Q&A with Martin Ruck: Diversity & Inclusion at the GC

Martin RuckThis month, Professor Martin Ruck (Psychology/Urban Education) was named Senior Advisor to the President for Diversity and Inclusion.

In this inaugural position he will oversee program-based diversity efforts, develop and maintain relationships with “feeder” institutions both inside and outside the University, and foster a climate promoting diversity and inclusion for all members of the GC community.

A widely published specialist in cognitive socialization, Ruck recently talked about how his background lends to this high-profile position, and what he envisions as the GC’s path for increased diversity and inclusion.

“Institutional diversity and inclusion can only be achieved through active collaboration and partnerships across, and beyond, the entire institutional community,” he says.
 
                                                      * * *

GC: Could you tell us a little about the role?

Ruck: This is a new position, and I should add not surprisingly a growing number of universities and colleges across North America have established “senior administrative” positions to lead their diversity and inclusion initiatives and efforts. Universities across the nation recognize that diversity and inclusion are critical components of academic excellence. So the Graduate Center is one of a large number of institutions moving in this direction.

With the establishment of this office, I am hopeful that we can continue to build and expand upon the Graduate Center’s legacy of providing support to students, faculty and staff but with a clear acknowledgement of the importance of both diversity and inclusion. I will be reporting directly to President Robinson and provide strategic leadership and support in advancing and coordinating a number of diversity and inclusion initiatives at the Graduate Center.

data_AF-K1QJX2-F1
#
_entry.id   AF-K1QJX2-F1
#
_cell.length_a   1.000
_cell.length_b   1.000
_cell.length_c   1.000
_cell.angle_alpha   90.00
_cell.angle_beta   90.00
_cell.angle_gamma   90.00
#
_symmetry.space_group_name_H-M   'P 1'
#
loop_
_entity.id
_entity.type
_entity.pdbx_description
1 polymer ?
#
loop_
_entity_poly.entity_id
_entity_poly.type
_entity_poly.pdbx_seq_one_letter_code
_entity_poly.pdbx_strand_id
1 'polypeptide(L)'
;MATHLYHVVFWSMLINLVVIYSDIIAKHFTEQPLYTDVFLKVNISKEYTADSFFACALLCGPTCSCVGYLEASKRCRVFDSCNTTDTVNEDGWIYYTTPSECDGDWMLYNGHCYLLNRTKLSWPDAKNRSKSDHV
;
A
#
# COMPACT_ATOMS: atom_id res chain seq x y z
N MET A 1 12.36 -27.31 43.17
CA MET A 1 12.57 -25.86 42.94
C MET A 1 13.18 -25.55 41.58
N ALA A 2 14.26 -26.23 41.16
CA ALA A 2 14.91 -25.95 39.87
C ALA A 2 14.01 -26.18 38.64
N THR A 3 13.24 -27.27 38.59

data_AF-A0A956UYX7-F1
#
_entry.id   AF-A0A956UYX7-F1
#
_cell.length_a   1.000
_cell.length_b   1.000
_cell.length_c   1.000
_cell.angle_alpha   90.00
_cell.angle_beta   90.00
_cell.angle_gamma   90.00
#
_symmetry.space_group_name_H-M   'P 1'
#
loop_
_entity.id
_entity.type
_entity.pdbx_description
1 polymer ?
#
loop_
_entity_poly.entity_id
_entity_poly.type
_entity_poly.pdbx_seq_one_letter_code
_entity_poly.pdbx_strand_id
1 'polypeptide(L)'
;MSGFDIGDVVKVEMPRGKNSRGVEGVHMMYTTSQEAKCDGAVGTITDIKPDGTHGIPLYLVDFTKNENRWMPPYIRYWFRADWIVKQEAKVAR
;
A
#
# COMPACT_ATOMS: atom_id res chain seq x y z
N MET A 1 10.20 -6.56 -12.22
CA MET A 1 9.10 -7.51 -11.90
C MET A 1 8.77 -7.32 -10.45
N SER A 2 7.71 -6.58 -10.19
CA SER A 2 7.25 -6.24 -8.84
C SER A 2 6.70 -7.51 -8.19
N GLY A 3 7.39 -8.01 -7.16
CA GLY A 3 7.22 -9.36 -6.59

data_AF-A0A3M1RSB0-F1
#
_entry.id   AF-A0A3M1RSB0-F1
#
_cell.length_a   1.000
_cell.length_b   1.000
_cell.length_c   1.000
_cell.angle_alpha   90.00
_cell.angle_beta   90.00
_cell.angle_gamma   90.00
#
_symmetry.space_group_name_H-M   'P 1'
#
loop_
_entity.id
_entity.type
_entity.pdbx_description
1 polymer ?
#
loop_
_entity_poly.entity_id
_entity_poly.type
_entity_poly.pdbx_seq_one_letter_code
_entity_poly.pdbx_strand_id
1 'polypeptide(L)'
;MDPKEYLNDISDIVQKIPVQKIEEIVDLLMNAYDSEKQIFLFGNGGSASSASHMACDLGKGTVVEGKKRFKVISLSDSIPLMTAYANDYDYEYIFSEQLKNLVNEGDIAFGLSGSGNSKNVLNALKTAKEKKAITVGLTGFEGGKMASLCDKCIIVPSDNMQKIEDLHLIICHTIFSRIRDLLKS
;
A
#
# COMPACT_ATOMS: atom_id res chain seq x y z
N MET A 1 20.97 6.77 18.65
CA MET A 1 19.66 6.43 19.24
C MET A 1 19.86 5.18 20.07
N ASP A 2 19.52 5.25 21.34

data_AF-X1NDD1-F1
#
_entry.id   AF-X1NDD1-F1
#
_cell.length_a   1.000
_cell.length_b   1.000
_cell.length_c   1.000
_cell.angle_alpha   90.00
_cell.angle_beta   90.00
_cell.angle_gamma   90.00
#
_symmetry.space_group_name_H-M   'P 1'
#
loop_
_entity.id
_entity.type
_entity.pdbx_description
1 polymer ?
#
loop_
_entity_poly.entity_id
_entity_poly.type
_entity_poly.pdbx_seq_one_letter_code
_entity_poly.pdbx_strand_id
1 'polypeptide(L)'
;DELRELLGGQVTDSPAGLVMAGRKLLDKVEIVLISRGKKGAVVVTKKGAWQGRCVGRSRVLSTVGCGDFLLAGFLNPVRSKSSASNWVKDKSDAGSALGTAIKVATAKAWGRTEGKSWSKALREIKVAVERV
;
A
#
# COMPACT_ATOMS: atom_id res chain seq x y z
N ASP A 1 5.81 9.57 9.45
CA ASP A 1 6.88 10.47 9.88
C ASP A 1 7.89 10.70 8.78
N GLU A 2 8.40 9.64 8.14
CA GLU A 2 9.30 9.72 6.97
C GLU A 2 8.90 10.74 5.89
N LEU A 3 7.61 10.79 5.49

In this capacity I will also serve as member of the President’s Cabinet and also chair the Presidential Advisory Committee on Diversity and Inclusion. This includes working directly with the Provost, Deans and Executive Officers at the Graduate Center on new initiatives to increase faculty diversity as well as increase the diversity of students from underrepresented groups.

I will also play a key role in promoting an inclusive and respectful climate and culture for students, faculty and staff and one, which respects and takes seriously individual differences.

 
Are there any specific projects that you are looking forward to leading or starting?

I am looking forward to working collaboratively with faculty, academic leaders, students, and staff on a number of diversity initiatives. I think there is often a false assumption that diversity can by achieved by placing the responsibility on the shoulders of one individual or a group of people. Rather, institutional diversity and inclusion can only be achieved through active collaboration and partnerships across, and beyond, the entire institutional community.

 
What progress have you seen during the nearly 20 years you’ve been at the Graduate Center and where do you see opportunity for further advancements?

In 1999, which seems like such a long time ago, when I started at the Graduate Center as an assistant professor in Developmental Psychology, diversity and inclusion certainly didn’t have the profile they have today. That is not to suggest that these concerns weren’t important; there was always good will, but there were few if any structural mechanisms in place — or at least any I was aware of — to actively foster and promote diversity and inclusion. Since that time issues pertaining to equity and social justice (e.g., Black Lives Matter, Occupy Wall Street, LGBTQ issues) have become a normative part of the social and political landscape.